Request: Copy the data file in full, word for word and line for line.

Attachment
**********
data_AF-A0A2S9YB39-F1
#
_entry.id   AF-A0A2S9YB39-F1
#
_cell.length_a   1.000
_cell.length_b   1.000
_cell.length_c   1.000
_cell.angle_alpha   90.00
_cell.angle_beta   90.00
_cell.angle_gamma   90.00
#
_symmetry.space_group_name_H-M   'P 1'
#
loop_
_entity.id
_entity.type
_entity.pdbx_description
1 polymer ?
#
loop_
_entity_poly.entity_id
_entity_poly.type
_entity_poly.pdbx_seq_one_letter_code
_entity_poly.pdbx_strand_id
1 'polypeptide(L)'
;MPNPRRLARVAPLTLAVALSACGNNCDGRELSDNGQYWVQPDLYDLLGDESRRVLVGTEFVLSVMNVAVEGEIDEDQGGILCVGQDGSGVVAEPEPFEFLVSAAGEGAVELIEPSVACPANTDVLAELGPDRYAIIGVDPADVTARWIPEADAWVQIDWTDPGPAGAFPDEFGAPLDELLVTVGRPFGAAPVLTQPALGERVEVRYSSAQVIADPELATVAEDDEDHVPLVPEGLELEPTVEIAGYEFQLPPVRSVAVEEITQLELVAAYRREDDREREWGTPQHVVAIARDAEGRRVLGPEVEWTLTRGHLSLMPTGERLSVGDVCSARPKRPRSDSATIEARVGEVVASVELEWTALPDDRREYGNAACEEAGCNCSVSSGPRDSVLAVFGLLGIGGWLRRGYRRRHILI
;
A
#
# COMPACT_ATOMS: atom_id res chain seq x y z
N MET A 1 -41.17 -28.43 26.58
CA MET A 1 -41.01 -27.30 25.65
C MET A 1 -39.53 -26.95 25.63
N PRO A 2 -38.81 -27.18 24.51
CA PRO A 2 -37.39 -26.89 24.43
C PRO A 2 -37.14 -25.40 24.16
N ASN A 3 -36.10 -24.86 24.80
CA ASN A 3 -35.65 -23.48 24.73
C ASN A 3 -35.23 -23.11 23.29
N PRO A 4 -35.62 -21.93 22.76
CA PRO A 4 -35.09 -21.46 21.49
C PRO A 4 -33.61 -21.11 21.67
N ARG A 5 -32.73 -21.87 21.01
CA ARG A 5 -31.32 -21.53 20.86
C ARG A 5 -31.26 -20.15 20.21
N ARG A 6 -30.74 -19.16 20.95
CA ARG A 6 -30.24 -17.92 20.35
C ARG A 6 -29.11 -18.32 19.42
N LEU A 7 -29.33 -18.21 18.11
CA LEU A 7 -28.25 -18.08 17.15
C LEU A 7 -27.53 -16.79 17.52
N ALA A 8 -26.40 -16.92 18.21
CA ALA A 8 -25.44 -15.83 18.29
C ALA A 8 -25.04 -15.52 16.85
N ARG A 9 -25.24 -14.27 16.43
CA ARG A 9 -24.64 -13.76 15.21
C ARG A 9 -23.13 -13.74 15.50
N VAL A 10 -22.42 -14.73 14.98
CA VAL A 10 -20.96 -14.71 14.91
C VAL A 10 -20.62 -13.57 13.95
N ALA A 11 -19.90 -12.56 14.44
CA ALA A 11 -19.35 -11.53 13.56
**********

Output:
data_AF-A0A2S9YB39-F1
#
_entry.id   AF-A0A2S9YB39-F1
#
_cell.length_a   1.000
_cell.length_b   1.000
_cell.length_c   1.000
_cell.angle_alpha   90.00
_cell.angle_beta   90.00
_cell.angle_gamma   90.00
#
_symmetry.space_group_name_H-M   'P 1'
#
loop_
_entity.id
_entity.type
_entity.pdbx_description
1 polymer ?
#
loop_
_entity_poly.entity_id
_entity_poly.type
_entity_poly.pdbx_seq_one_letter_code
_entity_poly.pdbx_strand_id
1 'polypeptide(L)'
;MPNPRRLARVAPLTLAVALSACGNNCDGRELSDNGQYWVQPDLYDLLGDESRRVLVGTEFVLSVMNVAVEGEIDEDQGGILCVGQDGSGVVAEPEPFEFLVSAAGEGAVELIEPSVACPANTDVLAELGPDRYAIIGVDPADVTARWIPEADAWVQIDWTDPGPAGAFPDEFGAPLDELLVTVGRPFGAAPVLTQPALGERVEVRYSSAQVIADPELATVAEDDEDHVPLVPEGLELEPTVEIAGYEFQLPPVRSVAVEEITQLELVAAYRREDDREREWGTPQHVVAIARDAEGRRVLGPEVEWTLTRGHLSLMPTGERLSVGDVCSARPKRPRSDSATIEARVGEVVASVELEWTALPDDRREYGNAACEEAGCNCSVSSGPRDSVLAVFGLLGIGGWLRRGYRRRHILI
;
A
#
# COMPACT_ATOMS: atom_id res chain seq x y z
N MET A 1 -41.17 -28.43 26.58
CA MET A 1 -41.01 -27.30 25.65
C MET A 1 -39.53 -26.95 25.63
N PRO A 2 -38.81 -27.18 24.51
CA PRO A 2 -37.39 -26.89 24.43
C PRO A 2 -37.14 -25.40 24.16
N ASN A 3 -36.10 -24.86 24.80
CA ASN A 3 -35.65 -23.48 24.73
C ASN A 3 -35.23 -23.11 23.29
N PRO A 4 -35.62 -21.93 22.76
CA PRO A 4 -35.09 -21.46 21.49
C PRO A 4 -33.61 -21.11 21.67
N ARG A 5 -32.73 -21.87 21.01
CA ARG A 5 -31.32 -21.53 20.86
C ARG A 5 -31.26 -20.15 20.21
N ARG A 6 -30.74 -19.16 20.95
CA ARG A 6 -30.24 -17.92 20.35
C ARG A 6 -29.11 -18.32 19.42
N LEU A 7 -29.33 -18.21 18.11
CA LEU A 7 -28.25 -18.08 17.15
C LEU A 7 -27.53 -16.79 17.52
N ALA A 8 -26.40 -16.92 18.21
CA ALA A 8 -25.44 -15.83 18.29
C ALA A 8 -25.04 -15.52 16.85
N ARG A 9 -25.24 -14.27 16.43
CA ARG A 9 -24.64 -13.76 15.21
C ARG A 9 -23.13 -13.74 15.50
N VAL A 10 -22.42 -14.73 14.98
CA VAL A 10 -20.96 -14.71 14.91
C VAL A 10 -20.62 -13.57 13.95
N ALA A 11 -19.90 -12.56 14.44
CA ALA A 11 -19.35 -11.53 13.56